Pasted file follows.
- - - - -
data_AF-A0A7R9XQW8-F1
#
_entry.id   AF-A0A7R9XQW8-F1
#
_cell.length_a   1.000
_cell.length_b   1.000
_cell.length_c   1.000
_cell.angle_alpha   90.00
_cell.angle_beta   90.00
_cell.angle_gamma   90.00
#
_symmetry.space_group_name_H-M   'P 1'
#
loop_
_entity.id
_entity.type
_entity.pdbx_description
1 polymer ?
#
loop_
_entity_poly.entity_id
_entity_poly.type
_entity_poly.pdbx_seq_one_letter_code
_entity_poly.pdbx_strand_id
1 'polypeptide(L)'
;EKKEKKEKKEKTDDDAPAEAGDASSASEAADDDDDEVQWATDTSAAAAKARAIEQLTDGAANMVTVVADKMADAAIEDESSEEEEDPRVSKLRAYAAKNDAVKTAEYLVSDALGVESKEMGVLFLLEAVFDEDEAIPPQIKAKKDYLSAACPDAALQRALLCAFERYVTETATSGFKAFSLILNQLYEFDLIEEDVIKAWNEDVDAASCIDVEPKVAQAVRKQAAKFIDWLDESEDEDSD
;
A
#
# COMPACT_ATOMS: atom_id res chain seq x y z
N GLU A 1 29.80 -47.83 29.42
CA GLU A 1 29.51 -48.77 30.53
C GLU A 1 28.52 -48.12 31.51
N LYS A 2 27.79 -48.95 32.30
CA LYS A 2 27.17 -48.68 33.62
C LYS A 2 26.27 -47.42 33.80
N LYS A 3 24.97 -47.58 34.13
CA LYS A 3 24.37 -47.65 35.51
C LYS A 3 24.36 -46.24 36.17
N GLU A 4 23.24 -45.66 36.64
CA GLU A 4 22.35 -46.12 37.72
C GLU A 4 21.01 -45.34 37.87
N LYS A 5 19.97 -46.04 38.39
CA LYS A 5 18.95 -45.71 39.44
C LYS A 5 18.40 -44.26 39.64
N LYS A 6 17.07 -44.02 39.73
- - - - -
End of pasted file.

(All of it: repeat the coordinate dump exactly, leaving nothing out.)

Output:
data_AF-A0A7R9XQW8-F1
#
_entry.id   AF-A0A7R9XQW8-F1
#
_cell.length_a   1.000
_cell.length_b   1.000
_cell.length_c   1.000
_cell.angle_alpha   90.00
_cell.angle_beta   90.00
_cell.angle_gamma   90.00
#
_symmetry.space_group_name_H-M   'P 1'
#
loop_
_entity.id
_entity.type
_entity.pdbx_description
1 polymer ?
#
loop_
_entity_poly.entity_id
_entity_poly.type
_entity_poly.pdbx_seq_one_letter_code
_entity_poly.pdbx_strand_id
1 'polypeptide(L)'
;EKKEKKEKKEKTDDDAPAEAGDASSASEAADDDDDEVQWATDTSAAAAKARAIEQLTDGAANMVTVVADKMADAAIEDESSEEEEDPRVSKLRAYAAKNDAVKTAEYLVSDALGVESKEMGVLFLLEAVFDEDEAIPPQIKAKKDYLSAACPDAALQRALLCAFERYVTETATSGFKAFSLILNQLYEFDLIEEDVIKAWNEDVDAASCIDVEPKVAQAVRKQAAKFIDWLDESEDEDSD
;
A
#
# COMPACT_ATOMS: atom_id res chain seq x y z
N GLU A 1 29.80 -47.83 29.42
CA GLU A 1 29.51 -48.77 30.53
C GLU A 1 28.52 -48.12 31.51
N LYS A 2 27.79 -48.95 32.30
CA LYS A 2 27.17 -48.68 33.62
C LYS A 2 26.27 -47.42 33.80
N LYS A 3 24.97 -47.58 34.13
CA LYS A 3 24.37 -47.65 35.51
C LYS A 3 24.36 -46.24 36.17
N GLU A 4 23.24 -45.66 36.64
CA GLU A 4 22.35 -46.12 37.72
C GLU A 4 21.01 -45.34 37.87
N LYS A 5 19.97 -46.04 38.39
CA LYS A 5 18.95 -45.71 39.44
C LYS A 5 18.40 -44.26 39.64
N LYS A 6 17.07 -44.02 39.73